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Signs Point to Yes

by Sandy Hall

Series: Swoon Reads

MembersReviewsPopularityAverage ratingConversations
1094183,228 (4.17)None
"A girl in search of a goal and a boy in search of his father accidentally fall in love"--



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Very cute! ( )
  mmalyn | Feb 24, 2018 |
This review was originally posted on Bookish Things & MoreExcerpt
“I know you’re not going to understand this, but I’m really going to miss him.”
Jane looked over at Teo, shocked. “Of course I get it. My best friends are off at sleepaway band camp for the summer, where there’s no cell service and the Wi-Fi signal is on serious lockdown, while I spend my days regretting that I quit playing the glockenspiel in fifth grade.”
“So you do get it,” Teo said.
“At least we have each other,” Jane said, taking a calculated risk.
It paid off when Teo smiled so broadly his dimple made an appearance.
Jane sat on her hands so she wouldn’t push her finger into it—that was how adorable his dimple was. She could barely resist the urge to touch it.
“So did you save me any cookies?” Teo asked, gesturing to the empty plate in front of her.
“No,” Jane said seriously. “But I did hear that your mom made you a plate of leftovers and put it in the fridge.”
“My fridge?”
“That’s the rumor.”
“Want to come watch me eat?”
“Only if I can bring more cookies.”
“What about brownies?” Teo asked, looking over at the dessert table. “Or maybe that apple pie no one has even touched yet.”
“It’s hard to say no to pie,” Jane said.
They stood up and walked over to take the pie.
“Wait,” Teo said, grabbing Jane’s arm. “Is there ice cream available for the pie?”
“I don’t think so. Ice cream doesn’t really go with this amount of heat,” Jane said.
“Ah, take the pie anyway. I think we have ice cream at my house.”
Jane grabbed the pie, and Teo walked in front of her like a bodyguard until they were around the corner and safely inside his house.
He held up his hand to high-five Jane, but she got so flustered she fist-bumped it.
“That’s an interesting option.” Teo looked at his hand where Jane had basically just punched him.
“I hate myself sometimes,” she said.
“Do over?” Teo offered.
“Do over.” Jane held up her hand, and this time Teo fist-bumped her palm.
“Thanks for that,” she said.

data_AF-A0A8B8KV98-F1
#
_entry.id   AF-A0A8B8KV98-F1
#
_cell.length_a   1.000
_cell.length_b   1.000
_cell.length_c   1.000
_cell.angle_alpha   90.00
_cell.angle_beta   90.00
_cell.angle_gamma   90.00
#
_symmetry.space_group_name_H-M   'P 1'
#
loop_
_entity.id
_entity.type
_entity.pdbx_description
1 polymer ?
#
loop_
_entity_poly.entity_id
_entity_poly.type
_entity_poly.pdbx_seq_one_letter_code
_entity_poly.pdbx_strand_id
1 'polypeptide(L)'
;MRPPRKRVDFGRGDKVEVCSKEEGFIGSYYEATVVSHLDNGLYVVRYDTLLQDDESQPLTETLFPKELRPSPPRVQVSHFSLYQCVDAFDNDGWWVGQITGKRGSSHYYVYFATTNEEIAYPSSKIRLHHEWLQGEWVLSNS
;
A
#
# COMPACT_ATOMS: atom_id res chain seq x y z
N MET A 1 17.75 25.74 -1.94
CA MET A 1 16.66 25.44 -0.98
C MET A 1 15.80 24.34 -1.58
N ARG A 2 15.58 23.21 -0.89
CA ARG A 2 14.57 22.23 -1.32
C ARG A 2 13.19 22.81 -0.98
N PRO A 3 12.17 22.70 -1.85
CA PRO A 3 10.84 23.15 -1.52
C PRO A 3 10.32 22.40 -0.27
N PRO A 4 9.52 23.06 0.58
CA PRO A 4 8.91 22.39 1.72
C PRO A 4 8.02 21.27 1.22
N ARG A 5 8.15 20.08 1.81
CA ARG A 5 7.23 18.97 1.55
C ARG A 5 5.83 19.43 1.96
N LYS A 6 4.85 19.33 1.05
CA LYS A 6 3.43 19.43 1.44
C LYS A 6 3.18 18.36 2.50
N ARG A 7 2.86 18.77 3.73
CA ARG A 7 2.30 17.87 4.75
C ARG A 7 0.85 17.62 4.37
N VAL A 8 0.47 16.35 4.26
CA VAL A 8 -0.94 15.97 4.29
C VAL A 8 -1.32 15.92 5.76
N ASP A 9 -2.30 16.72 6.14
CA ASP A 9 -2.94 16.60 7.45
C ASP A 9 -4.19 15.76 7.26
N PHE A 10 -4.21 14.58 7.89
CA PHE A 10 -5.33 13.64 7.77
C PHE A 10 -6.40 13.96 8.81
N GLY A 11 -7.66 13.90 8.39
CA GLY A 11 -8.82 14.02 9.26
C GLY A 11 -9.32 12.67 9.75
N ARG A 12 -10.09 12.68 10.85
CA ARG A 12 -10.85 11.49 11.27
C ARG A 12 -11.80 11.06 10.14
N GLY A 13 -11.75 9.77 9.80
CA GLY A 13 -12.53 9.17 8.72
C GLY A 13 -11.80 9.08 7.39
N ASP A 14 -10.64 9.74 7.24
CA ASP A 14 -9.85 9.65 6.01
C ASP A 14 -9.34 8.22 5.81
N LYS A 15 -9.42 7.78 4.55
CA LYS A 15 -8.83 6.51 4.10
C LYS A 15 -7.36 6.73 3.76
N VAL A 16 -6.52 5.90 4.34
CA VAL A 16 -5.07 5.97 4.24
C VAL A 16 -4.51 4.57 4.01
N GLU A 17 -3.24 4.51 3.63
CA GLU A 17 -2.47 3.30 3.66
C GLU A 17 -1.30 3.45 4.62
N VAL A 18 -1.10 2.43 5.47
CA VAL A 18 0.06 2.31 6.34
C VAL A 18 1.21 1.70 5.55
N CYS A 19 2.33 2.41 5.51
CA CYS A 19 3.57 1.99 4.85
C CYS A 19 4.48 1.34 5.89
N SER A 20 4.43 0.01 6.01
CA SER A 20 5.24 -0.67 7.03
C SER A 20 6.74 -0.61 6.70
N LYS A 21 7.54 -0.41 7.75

He winked dramatically and then went to rummage in the fridge.




(1) paperback copy of Signs Point to Yes. Open to US addresses only
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For more information visit Swoon Reads!
  BookishThings | Mar 23, 2016 |
Jane's been overshadowed by 'perfect' older sister Margo all her life. Her mother never listens and it seems like her dad takes the easy path by not supporting her ever more frustrating attempts to be heard. She isn't sure going to college is the best path to take, but her college professor mother insists it's the only way to go, even to signing her up for an unpaid summer internship that Jane knows will be boring and uninspiring.
Desperate for an alternative, she answers an ad looking for a babysitter. When it turns out to be for her mom's good friend Connie who is also mother to Teo, the boy she's been crushing on for ages, it's both scary and exhilarating. She gets the job, watching Teo's three stepsisters. It comes with mixed benefits. The pay is good, the girls are easy to handle (most of the time) and Teo is great eye candy, but his best friend Ravi is included. He's been ultra-mean to Jane for a long time with no explanation.
Teo has his own baggage. He's never known his real dad and has issues with Buck, his stepfather. He's made a series of halfhearted attempts to search for his dad online with no success. Ravi takes an unexpected trip overseas to accompany his mother when his grandmother becomes ill, leaving Teo feeling like there's no one to confide in. Suddenly Jane is more than the girl babysitting his step-sisters. As they become more comfortable talking, it's obvious to everyone but them, how strong their attraction is. What happens with that, as well as the dilemma Margo is wrestling with and why Ravi has been on Jane's case all this time, make for a fun read with some unexpected surprises.
Sandy's first book, A Little Something Different was a great debut and I was concerned there might be a letdown here, but this book is just as much fun to read. Teens who like romance, identify with parents who don't listen to teen concerns, or who have step-sibling issues will relate well to the characters. A good addition to both school and public library collections. ( )
  sennebec | Mar 2, 2016 |
Sandy Halls writes a fantastic, adorable YA romance! Her characters are unique, fun, and relatable. I love the Doctor Who references and the feminist overtones. The best part, though, is seeing how much the author has grown since her first book, "A Little Something Different," which came out a little over a year ago. That one was good, but the writing is so much more developed this time around, and it was exciting to see her advance in her craft. I can't wait to see what she does with her next book! ( )
  CaptainAllison | Nov 10, 2015 |
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